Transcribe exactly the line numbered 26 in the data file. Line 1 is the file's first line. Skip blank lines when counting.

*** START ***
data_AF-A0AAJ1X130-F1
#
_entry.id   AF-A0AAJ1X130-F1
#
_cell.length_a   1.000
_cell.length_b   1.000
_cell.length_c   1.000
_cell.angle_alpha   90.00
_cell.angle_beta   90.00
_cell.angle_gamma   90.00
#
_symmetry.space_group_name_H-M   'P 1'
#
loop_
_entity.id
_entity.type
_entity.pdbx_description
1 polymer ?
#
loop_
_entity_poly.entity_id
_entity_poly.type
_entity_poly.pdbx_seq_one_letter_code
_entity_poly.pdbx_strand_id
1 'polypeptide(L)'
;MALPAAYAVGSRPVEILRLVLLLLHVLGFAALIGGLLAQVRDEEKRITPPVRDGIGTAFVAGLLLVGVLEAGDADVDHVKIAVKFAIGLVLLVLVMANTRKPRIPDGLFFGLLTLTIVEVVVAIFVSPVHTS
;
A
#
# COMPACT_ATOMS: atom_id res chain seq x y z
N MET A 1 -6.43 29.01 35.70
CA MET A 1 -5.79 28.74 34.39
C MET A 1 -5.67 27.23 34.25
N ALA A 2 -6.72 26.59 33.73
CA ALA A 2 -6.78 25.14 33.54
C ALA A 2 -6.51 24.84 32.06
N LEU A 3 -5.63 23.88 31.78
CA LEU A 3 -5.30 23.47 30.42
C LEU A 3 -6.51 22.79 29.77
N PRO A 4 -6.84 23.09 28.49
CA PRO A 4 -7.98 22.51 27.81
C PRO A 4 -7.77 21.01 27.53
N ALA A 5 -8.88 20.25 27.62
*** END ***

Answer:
;MALPAAYAVGSRPVEILRLVLLLLHVLGFAALIGGLLAQVRDEEKRITPPVRDGIGTAFVAGLLLVGVLEAGDADVDHVKIAVKFAIGLVLLVLVMANTRKPRIPDGLFFGLLTLTIVEVVVAIFVSPVHTS